TOP 5 REASONS TO MAKE A PLANTING CALENDAR:
Secure a steady, consistent supply of produce from your garden throughout the year
Grow the exact quantities you want and minimize food waste
Early planning makes the planting season easy
Avoid missing narrow planting windows
Improve yields from year to year
A planting calendar is just what it sounds like: something you can look at each week to determine how much of each crop to plant. Whether you're planning grow enough peppers to pickle for the winter or want to have a supply of arugula in the garden for fresh salads all summer long, a calendar is there to help you make the most out of your garden space!
The actual calendar can take many forms. The following are three general formats you might use to build your calendar:
Print Calendar/ Online Calendar: These are great because you can quickly see what’s coming up next week or next month. Online calendars are helpful because you can make one entry and set it to repeat for succession plantings. Google, Yahoo, Microsoft, and other online email services provide digital calendars to their users. Although these calendars are easy to use, they may not have a lot of extra space for taking notes or keeping track of other details.
Spreadsheet Calendar: You can make your own calendar in the form of a spreadsheet, which will allow you to keep track of many different types of information. You can do this by hand if you like, but a computer-generated spreadsheet program (such as Microsoft Excel or Google Sheets) is much more efficient. We generate planting calendars this way for every growing space, ranging from 200-square-foot backyard gardens to 20-acre production farms, and it works great.
Cloud-Based Farm Record Keeping: You can create a planting calendar using online software that is specifically designed for farms, such as AgSquared or Cog Pro. These programs allow for very advanced and detailed record-keeping, and are suitable for managing organic certification records and/or running a professional production farm. They can work well for intensive home growers too. A yearly fee is charged for these programs.
You may already have a good idea of which crops you want to grow, or you may be exploring way to expand your planting palette. Regardless, know more about the life span and growth cycle of your crops will help you make decisions about what to plant, when to plant it, and how much of it to plant. The follow are a few key concepts to keep in mind when planning your garden.
Annual Plants | A crop that is planted and harvested during the course of a single growing season
Days to Maturity | The number of days it takes until your crop is ready to harvest after transplanting or direct seeding
Short Season Crops | Crops that generally mature in 20-60 days so they can be planted many times during the season (think salad greens, spinach, radishes)
Half Season Crops | Crops that typically take roughly half of a growing season, or 50-80 days, to reach point of harvest (think broccoli, summer squash, carrots)
Long Season Crops | Crops that take most of a typical growing to season, or more than 70 days, to reach point of harvest (think Brussels sprouts, winter squash, peppers)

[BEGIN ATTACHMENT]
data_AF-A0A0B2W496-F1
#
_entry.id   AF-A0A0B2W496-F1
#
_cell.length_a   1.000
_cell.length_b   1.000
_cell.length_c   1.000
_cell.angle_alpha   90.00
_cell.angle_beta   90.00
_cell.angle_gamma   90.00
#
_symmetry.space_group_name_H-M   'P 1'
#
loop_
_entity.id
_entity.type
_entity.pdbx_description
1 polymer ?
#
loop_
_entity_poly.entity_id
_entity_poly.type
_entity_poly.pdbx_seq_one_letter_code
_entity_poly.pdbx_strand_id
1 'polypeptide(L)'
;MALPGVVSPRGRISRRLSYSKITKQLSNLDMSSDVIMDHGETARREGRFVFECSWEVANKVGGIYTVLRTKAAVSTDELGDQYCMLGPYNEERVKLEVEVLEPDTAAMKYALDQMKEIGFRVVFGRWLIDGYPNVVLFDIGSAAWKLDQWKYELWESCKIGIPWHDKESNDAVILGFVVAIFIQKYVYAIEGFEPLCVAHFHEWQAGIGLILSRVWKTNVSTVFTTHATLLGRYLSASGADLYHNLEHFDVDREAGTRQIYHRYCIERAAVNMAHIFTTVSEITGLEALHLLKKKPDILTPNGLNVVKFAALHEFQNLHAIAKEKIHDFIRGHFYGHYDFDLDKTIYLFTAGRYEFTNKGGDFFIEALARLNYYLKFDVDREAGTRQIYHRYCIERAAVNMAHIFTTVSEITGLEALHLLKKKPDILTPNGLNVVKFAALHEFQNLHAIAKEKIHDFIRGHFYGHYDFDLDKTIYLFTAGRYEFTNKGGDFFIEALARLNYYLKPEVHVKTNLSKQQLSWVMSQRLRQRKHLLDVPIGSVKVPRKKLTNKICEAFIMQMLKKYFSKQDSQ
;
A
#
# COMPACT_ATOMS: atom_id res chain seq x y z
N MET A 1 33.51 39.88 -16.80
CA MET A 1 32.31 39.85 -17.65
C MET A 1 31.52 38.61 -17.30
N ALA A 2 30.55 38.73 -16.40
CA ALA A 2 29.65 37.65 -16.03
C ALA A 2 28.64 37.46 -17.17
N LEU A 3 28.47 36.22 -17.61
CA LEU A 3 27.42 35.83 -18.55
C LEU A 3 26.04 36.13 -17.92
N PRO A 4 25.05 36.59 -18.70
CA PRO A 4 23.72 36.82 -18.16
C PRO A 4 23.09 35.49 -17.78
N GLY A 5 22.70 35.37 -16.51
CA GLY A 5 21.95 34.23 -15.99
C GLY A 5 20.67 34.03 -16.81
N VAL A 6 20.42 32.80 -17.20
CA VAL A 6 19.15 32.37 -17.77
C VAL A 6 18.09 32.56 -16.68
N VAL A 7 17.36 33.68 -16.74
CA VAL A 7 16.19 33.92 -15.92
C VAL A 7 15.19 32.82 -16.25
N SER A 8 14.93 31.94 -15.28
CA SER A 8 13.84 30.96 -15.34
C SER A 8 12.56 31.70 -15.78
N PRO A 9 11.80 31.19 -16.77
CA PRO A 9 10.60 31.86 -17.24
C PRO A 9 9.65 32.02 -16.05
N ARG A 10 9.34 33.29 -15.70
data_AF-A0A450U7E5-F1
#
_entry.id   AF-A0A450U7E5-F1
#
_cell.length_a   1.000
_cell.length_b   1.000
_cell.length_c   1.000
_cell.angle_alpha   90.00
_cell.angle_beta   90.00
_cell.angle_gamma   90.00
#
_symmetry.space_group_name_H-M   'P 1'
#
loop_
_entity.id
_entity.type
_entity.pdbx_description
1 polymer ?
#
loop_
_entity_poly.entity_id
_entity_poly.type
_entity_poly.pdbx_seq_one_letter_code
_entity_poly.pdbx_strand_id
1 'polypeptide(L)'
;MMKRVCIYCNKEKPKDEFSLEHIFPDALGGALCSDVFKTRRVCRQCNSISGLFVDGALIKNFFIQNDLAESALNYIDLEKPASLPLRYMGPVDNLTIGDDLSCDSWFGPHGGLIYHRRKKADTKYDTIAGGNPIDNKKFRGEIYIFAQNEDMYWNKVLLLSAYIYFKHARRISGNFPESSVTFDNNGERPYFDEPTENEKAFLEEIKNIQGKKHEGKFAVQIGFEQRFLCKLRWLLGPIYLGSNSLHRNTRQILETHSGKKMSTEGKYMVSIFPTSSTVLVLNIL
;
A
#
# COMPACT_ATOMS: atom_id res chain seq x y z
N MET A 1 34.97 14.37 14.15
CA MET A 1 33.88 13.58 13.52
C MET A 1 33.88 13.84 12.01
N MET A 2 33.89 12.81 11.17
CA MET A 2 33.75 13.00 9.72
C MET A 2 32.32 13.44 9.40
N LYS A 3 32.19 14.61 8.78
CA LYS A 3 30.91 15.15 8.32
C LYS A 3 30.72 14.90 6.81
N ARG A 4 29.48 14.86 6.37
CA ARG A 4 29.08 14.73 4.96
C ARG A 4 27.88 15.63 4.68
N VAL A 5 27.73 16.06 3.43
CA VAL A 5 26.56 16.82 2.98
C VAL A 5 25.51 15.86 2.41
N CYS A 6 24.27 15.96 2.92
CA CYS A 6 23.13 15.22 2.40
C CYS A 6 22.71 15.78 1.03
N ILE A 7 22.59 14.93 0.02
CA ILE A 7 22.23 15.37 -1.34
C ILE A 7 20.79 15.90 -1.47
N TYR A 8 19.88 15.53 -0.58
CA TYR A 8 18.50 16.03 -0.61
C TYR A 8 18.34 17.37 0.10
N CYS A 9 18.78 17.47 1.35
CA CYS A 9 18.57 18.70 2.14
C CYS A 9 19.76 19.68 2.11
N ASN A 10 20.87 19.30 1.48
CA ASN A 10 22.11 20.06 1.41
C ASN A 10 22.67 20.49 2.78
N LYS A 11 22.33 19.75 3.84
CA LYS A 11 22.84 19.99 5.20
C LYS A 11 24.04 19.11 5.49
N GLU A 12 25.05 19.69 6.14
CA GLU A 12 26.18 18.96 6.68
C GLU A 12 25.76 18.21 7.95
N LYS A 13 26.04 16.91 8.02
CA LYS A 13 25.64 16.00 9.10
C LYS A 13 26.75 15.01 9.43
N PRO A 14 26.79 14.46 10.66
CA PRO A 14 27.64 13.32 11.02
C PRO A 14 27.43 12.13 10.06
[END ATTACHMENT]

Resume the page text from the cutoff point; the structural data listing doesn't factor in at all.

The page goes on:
Succession Planting | Seeding or transplanting small quantities of short season crops on a regular basis. This practice is the key to a consistent and productive garden.
Season Length | The number of days that make up the growing season where you live. Use your first and last frost dates, your USDA Hardiness Zone, and local knowledge from other experienced gardeners.
Making the Calendar
Step #1: Figure out how much to plant
Determine how much produce you buy at the store each week
Take the number of pounds you need of each crop per year (A) and divide by the crop’s yield per row foot (B) = how many row feet to plant (C) (add 20% to allow for problems) A / B = C ( x 1.2 ).
Get yield information from our book (High Yield Vegetable Gardening), our website, online research, and your own garden records
So, for example, you would like to grow 1 pound of lettuce mix per week: 1 pound / 0.5 pounds per row foot = 2 row feet + 20%= 2.4 row feet. I would plant 2.5 to 3 feet per week.
Step #2: Figure out how often to plant
Plant short season crops frequently (every 1-3 weeks)
Plant half season crops 2 to 4 times a year
Plant long season crops 1 to 3 times a year
Step #3: Figure out when your first and last plantings should happen
Use your first and last frost dates and crop recommendations (example: plant tomatoes 2 weeks after your last frost)
Even better: ask experienced gardeners in your climate what their planting dates are (in Seattle, we plant our tomatoes during the 2nd and 3rd weeks of May)
What to write on the Calendar
At a bare minimum, you’ll want to note each crop you intend to plant, how much you need to plant, and the week or date that you’ll be actually doing the planting. This might be tracked in the number of row feet for direct seeded crops, or in the number of plants when transplanting. You’ll also need a blank space to note the date that you actually do the planting (in case it’s not the same date you originally planned), and how many row feet you actually seed or actual number of transplants you set out. Here are a few other items that are useful to note:
exact location in the garden
fertilization application quantities and dates
Don't forget to experiment!
Many variables can affect planting dates for outdoor crops (primarily your local climate and microclimate). For example, in the Pacific Northwest, it is possible to harvest broccoli side shoots from the field all winter because of the mild weather. But in order to do this, the plant must have reached maturity by mid-September. This means that the planting date for this crop is extremely important (in many regions, the same broccoli would be killed at the onset of winter).